Kuwaiti Medical Campaign Helps Disabled People Of Mosul

The defeat of ISIS in Mosul and the liberation of the city from the militants was a great victory that many Iraqis celebrated. For some, however, the victory has come at a great cost. Widely considered as the most intense urban fighting since World War II, the Battle of Mosul and the three-year ISIS occupation prior has left many scars in its wake, both physical and mental.

Healing these scars is just as important as rebuilding homes and cities. To this end, the Kuwaiti Consul in Erbil, Omar al-Kandari, launched a campaign to help rebuild hospitals in Mosul as well as provide treatment and rehabilitation towards the people of Mosul who have been injured by the fighting. Kandari says that he hopes his campaign will help rebuild the majority medical centres and hospitals in the city while expanding the few expanding some of the existing ones to cope with the increased demand.

Until the reconstruction in Mosul is complete, the advanced stages of rehabilitation for these patients is taking place in the city of Erbil, which has been spared much of the destruction of the war. As a result, the city is in a better position to accommodate the special needs of these patients.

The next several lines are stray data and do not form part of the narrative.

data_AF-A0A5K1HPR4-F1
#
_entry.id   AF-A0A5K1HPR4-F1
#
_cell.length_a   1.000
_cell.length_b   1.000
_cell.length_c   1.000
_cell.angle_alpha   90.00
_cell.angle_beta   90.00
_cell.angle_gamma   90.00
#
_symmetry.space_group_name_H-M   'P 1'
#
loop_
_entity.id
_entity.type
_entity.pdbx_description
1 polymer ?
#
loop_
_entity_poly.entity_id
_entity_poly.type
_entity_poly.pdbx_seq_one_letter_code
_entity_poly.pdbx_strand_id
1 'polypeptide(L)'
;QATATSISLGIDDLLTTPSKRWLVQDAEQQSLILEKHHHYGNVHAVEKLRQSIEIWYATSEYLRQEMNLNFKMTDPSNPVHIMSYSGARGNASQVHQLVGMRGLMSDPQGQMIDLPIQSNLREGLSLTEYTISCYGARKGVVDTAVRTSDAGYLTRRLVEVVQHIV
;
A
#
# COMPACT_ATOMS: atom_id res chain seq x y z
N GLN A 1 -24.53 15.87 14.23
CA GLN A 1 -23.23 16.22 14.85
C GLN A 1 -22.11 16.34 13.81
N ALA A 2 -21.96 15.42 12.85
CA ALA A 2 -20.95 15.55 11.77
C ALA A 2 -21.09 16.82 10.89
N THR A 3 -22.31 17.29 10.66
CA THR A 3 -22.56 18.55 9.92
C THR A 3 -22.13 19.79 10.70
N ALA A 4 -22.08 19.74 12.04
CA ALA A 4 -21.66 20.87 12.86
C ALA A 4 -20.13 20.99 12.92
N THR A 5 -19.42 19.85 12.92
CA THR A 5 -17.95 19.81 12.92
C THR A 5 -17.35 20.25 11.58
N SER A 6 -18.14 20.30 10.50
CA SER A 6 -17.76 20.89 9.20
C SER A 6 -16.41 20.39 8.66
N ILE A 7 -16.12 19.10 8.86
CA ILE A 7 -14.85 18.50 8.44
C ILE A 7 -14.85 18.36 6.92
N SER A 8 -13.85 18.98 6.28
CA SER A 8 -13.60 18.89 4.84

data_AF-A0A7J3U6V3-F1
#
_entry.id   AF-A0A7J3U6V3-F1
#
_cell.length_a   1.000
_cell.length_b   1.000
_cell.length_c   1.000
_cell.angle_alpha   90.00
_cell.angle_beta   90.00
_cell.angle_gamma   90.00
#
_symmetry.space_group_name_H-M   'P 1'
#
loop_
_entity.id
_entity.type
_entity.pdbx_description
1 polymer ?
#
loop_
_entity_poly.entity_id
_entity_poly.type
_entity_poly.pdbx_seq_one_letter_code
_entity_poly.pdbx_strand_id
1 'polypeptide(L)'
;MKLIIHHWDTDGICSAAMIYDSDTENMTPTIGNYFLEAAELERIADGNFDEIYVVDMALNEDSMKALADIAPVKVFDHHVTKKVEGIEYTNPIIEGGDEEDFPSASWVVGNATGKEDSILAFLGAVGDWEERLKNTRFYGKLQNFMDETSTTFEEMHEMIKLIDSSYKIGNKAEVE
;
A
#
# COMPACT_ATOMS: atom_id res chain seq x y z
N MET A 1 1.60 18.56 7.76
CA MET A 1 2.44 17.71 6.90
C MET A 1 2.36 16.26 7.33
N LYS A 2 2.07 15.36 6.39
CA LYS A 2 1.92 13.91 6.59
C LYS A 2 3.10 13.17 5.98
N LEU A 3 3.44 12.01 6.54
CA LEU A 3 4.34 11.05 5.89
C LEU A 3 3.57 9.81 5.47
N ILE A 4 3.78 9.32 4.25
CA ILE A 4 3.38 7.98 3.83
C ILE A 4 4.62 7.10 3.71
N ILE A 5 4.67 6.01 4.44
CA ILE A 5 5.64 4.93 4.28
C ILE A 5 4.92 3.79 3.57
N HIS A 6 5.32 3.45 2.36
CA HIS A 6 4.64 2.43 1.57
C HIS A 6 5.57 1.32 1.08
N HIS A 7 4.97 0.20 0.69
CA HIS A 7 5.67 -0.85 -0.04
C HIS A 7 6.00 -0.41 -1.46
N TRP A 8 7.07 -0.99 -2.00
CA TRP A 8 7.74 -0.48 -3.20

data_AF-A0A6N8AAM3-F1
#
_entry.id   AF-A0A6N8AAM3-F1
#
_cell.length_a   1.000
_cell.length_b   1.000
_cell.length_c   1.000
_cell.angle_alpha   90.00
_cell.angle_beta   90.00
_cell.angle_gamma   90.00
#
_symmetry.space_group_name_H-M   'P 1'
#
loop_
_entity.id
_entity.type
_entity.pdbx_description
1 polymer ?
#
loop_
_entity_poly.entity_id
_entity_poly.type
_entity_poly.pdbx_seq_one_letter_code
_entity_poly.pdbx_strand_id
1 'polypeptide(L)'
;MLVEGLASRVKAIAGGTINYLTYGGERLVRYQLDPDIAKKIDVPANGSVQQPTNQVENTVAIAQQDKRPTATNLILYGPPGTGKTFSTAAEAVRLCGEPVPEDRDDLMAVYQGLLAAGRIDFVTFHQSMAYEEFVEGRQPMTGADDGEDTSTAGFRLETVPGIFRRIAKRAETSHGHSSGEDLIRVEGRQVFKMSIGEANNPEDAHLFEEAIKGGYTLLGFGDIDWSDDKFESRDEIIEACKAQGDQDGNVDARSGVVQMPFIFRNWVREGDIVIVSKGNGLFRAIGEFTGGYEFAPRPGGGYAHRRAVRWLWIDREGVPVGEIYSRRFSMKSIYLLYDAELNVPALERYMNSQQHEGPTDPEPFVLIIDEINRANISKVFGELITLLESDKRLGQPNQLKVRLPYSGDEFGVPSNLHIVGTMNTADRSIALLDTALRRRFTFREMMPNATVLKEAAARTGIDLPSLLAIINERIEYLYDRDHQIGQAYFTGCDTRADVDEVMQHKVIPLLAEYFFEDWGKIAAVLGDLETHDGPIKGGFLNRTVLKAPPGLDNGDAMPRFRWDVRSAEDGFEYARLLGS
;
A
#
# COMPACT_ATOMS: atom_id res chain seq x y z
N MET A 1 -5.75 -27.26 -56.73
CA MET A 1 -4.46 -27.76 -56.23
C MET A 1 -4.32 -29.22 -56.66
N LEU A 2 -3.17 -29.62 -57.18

For the patients undergoing treatment, the opportunity of rehabilitation is a source of joy. Many of them had become immobile and unable to traverse through the maze-like and debris-littered streets of Mosul, becoming confined to their homes for months at a time. In a country where attitudes towards disabilities remain somewhat old-fashioned, many of these people felt a sense of abandonment from the lack of support they received. The notion that they may be able to regain some semblance of normality and mobility in their lives is a source of optimism for many.

Both Iraq and Syria have witnessed the opening of numerousrehabilitation and treatment centres for disabled people. It is the inevitable outcome of conflicts that have caused much suffering and left many scars in their wake. Indeed, the sheer scale of the issue will require these countries and their societies to radically alter how they approach the matter of mental and physical disabilities resulting from trauma.